Thus, to say the Hills are not aggrieved or adversely affected by the ruling on ownership because of their status as co-defendants in a declaratory judgment action is unhelpful. Morgan v. Miller, 191 Ga. App. 803 (383 SE2d 183) (1989) and Stonica v. State Farm &c. Co., 198 Ga. App. 717 (402 SE2d 553) (1991) focused not on the appealing party's status, but at the reality of their situations. In Morgan, the declaratory judgment plaintiffs were defendants in an underlying wrongful death suit, and they brought the declaratory judgment action to determine whether the wrongful death action belonged to the decedent's child or parents. The trial court ruled the child had the right to bring the action, and we held the wrongful death defendants were not "aggrieved" and could not appeal the decision because their liability for the alleged wrongful death was not affected by who the action belonged to. 191 Ga. App. at 804.
A case more similar to this one was Stonica, a declaratory judgment action brought by an insurance company against its insured and the plaintiff in an underlying tort action against the insured. The insured failed to answer, and the court entered a default judgment against him. The plaintiff in the underlying action sought to appeal, but we held he could not appeal the entry of a default judgment against his co-defendant in a declaratory judgment action because he was not bound by it, and thus was not adversely affected by it. 198 Ga. App. at 717.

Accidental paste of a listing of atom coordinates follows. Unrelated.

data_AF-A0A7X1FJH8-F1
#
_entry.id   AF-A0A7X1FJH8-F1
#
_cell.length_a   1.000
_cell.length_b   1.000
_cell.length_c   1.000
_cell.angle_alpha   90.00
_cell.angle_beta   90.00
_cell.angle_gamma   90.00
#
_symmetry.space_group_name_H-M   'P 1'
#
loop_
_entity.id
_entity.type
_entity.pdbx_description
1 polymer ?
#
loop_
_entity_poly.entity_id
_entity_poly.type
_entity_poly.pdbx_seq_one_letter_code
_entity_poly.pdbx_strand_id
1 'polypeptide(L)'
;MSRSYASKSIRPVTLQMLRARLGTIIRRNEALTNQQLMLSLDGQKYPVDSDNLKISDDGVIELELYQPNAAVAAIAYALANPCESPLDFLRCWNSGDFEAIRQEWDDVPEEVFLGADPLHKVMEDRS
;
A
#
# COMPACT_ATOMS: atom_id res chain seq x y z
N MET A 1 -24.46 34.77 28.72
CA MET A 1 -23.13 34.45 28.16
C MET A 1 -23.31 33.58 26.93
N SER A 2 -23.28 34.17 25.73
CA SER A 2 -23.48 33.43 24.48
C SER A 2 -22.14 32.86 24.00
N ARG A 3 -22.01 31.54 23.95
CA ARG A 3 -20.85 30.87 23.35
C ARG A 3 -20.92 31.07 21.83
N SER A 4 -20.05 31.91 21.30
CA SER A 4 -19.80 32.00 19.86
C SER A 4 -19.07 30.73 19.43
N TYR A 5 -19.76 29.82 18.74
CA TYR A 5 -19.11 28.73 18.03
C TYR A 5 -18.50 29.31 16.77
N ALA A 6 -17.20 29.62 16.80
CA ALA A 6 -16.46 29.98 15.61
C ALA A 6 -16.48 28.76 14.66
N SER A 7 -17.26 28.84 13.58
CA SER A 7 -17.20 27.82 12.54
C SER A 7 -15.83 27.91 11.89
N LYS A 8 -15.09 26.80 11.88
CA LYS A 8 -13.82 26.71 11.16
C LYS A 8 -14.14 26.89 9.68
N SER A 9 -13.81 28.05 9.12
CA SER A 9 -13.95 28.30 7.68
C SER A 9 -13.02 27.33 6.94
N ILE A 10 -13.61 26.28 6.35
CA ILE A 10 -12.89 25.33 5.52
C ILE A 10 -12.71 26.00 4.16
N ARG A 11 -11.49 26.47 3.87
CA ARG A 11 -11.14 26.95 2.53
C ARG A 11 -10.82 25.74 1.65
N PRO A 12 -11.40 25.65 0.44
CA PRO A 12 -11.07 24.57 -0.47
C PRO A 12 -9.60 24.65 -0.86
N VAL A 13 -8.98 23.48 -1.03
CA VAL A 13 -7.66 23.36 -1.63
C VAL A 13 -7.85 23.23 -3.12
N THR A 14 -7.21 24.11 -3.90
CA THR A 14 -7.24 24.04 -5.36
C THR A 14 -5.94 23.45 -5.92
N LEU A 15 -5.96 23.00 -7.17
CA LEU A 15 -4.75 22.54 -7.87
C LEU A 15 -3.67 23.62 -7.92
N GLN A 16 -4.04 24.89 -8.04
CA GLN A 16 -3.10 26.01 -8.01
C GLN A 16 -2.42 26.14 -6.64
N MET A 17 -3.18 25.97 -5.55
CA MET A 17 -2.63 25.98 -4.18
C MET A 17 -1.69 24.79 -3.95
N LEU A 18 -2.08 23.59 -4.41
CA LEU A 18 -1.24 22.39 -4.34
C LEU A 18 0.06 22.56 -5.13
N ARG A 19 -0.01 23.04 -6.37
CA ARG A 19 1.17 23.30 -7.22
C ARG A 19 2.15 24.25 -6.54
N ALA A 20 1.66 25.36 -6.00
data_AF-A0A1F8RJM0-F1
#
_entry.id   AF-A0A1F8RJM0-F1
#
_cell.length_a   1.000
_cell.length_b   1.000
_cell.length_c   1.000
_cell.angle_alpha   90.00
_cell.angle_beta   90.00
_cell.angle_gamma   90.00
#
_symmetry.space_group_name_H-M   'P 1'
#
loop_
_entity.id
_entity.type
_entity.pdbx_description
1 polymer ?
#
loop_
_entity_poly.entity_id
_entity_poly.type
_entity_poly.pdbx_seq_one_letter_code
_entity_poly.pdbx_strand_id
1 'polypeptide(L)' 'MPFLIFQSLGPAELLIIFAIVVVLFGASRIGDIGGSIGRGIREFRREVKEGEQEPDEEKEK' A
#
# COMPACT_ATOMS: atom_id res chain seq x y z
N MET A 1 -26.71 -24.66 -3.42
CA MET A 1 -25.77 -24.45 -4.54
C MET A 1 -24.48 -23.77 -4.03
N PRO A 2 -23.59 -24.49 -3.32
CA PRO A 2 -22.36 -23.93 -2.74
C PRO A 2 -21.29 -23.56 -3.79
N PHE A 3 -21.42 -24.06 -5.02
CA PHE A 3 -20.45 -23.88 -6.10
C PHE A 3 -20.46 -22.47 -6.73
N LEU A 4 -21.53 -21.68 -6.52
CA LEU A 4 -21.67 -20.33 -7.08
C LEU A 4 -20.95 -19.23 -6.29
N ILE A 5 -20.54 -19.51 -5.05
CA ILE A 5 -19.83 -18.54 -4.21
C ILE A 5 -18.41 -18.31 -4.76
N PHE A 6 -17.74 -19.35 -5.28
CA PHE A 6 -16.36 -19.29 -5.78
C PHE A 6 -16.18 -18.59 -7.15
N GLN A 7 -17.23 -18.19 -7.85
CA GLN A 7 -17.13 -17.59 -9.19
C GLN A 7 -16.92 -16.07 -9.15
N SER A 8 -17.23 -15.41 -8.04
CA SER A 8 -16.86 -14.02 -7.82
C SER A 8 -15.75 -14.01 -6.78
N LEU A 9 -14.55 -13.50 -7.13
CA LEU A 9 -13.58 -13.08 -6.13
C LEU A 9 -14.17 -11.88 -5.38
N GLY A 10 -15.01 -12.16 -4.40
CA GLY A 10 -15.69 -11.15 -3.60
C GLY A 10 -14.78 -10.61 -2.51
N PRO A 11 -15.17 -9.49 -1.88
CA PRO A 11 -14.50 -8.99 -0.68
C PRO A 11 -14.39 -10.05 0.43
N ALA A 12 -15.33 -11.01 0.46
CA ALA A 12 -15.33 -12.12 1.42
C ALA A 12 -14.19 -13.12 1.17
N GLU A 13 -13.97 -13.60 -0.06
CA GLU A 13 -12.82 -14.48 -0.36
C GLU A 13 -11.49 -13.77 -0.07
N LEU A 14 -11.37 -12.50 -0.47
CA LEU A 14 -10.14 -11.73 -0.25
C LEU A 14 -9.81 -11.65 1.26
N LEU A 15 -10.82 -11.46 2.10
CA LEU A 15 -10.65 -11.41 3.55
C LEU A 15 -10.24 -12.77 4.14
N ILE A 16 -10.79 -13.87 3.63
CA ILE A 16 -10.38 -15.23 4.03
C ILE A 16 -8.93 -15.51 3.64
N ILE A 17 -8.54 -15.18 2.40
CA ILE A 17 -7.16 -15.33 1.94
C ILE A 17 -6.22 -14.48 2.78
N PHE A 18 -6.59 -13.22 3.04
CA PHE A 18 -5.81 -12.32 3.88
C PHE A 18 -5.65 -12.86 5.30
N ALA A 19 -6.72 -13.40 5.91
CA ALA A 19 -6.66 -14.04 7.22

Similarly, the Hills are not adversely affected because they are not bound by the ruling they seek to challenge. The Hills are not precluded from relitigating the question of who owned the van, since the court's determination that Davis owned it was not essential to the ultimate judgment in their favor. 2 See Kent v. Kent, 265 Ga. 211, n. 2 (452 SE2d 764) (1995); Restatement, 2d, Judgments, 27. And this will generally be the case when a ruling before or during the trial goes against a party but the ultimate judgment is in that party's favor. See Restatement, 2d, Judgments, 27 (h) & 28 (a) ("[T]he availability of review for the correction of errors has become critical to the application of preclusion doctrine. If review is unavailable because the party who lost on the issue obtained a judgment in his favor, the general rule of [issue preclusion] is inapplicable by its own terms.").
Accordingly, I agree that the Hills' appeal is properly dismissed.
I am authorized to state that Judge Johnson joins in this special concurrence.
Ellis & Easterlin, George M. Peagler, Jr., Harper & Barnes, Russ F. Barnes, Bentley, Karesh & Seacrest, Karsten Bicknese, Robin Y. Fink, Althea L. Buafo, for appellees.
Notes
1  The accident occurred on June 7, 1993.
2  Apparently, Grange had to provide coverage unless Davis (a) owned the van in early May, and (b) failed to call the insurance agent to have the van added to his policy. As the jury found that Davis did call the insurance agent to have the van added to his policy, the trial court's determination that Davis owned the van in early May was not essential to the judgment against Grange.
Steven K. Leibel & Associates, Steven K. Leibel, Carol L. Wilkerson, for appellants.
DECIDED AUGUST 5, 1997.
Thursday May 21 04:33 EDT